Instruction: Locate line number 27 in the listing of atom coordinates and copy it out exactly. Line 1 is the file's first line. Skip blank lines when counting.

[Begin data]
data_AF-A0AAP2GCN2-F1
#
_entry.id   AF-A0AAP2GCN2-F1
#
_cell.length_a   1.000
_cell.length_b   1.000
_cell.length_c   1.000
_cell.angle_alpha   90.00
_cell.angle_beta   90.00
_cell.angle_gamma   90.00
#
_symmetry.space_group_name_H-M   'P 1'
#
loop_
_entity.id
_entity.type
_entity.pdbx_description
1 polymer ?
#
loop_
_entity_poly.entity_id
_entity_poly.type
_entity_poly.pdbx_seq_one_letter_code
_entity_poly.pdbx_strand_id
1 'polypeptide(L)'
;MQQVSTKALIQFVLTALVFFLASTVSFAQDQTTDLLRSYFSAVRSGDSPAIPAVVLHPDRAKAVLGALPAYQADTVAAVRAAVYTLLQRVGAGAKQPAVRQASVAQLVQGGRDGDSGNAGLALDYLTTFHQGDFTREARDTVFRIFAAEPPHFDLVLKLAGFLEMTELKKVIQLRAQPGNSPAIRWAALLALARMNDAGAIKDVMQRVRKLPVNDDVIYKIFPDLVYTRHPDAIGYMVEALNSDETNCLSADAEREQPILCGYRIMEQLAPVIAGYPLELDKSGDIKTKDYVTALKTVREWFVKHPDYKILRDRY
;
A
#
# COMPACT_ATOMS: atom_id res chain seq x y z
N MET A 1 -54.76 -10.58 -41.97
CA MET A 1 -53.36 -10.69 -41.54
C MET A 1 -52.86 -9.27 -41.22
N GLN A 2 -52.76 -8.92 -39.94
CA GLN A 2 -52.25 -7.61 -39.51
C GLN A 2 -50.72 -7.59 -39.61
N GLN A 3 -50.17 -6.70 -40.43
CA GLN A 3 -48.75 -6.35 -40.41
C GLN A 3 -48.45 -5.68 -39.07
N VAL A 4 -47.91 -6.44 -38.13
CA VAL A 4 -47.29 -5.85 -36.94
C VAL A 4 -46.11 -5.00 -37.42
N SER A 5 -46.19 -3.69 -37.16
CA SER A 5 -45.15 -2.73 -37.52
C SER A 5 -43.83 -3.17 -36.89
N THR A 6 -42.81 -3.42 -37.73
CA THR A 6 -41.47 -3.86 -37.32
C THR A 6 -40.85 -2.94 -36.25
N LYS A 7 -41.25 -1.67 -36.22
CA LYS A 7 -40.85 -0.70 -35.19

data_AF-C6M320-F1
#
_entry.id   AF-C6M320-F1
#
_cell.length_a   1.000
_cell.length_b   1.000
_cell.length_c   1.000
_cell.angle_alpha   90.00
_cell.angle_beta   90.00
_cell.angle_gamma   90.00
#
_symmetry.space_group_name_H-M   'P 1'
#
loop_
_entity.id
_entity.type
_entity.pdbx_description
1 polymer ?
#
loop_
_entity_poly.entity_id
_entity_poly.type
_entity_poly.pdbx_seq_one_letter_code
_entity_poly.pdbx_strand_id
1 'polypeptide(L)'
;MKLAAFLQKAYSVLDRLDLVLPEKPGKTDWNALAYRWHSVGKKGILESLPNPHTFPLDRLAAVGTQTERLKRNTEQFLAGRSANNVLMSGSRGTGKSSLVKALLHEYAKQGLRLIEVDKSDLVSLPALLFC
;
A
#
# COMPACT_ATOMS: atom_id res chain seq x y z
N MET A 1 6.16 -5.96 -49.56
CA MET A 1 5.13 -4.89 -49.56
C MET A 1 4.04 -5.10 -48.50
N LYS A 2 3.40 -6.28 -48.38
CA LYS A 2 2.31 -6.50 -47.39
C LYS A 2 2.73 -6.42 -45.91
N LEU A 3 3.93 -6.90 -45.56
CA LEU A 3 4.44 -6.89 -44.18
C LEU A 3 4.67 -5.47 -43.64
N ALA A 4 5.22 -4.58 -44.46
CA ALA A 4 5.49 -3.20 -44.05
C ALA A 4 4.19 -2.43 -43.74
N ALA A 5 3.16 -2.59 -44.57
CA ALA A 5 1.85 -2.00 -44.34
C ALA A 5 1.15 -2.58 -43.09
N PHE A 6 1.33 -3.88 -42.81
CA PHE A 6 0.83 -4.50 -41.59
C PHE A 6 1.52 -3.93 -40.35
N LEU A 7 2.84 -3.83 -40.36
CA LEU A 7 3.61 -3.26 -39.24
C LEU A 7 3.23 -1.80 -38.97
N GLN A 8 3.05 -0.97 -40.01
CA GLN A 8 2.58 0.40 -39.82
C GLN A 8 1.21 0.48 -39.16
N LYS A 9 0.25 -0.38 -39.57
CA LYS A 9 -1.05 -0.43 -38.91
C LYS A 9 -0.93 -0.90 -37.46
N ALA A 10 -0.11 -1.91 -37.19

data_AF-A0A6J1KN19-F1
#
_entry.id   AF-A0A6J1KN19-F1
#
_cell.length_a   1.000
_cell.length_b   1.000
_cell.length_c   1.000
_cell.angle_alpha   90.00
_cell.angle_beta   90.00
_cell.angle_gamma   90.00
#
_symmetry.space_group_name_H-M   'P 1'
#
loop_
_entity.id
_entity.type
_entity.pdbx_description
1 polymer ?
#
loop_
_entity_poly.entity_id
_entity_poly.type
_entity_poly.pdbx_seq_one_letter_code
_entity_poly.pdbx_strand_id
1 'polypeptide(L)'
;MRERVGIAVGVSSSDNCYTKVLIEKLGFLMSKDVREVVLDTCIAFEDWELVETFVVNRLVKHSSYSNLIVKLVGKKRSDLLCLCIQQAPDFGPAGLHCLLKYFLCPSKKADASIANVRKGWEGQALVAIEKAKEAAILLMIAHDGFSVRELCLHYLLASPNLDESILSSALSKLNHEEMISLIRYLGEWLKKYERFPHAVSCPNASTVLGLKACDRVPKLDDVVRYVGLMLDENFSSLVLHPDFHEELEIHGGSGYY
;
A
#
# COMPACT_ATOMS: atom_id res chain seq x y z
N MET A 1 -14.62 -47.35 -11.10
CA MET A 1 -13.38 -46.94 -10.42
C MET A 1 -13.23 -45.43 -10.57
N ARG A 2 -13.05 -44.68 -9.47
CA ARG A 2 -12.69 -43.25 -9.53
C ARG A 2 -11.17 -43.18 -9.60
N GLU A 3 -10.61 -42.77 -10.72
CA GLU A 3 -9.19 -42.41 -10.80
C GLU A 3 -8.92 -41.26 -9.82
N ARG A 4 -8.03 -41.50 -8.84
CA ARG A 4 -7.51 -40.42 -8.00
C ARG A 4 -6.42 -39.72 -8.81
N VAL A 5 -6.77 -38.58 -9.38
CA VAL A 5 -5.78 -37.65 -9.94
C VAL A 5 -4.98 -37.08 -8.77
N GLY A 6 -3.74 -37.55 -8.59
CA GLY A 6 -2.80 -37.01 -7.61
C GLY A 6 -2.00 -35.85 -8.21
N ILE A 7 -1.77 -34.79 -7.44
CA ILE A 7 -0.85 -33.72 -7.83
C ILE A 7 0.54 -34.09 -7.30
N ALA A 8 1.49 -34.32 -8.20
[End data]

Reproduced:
;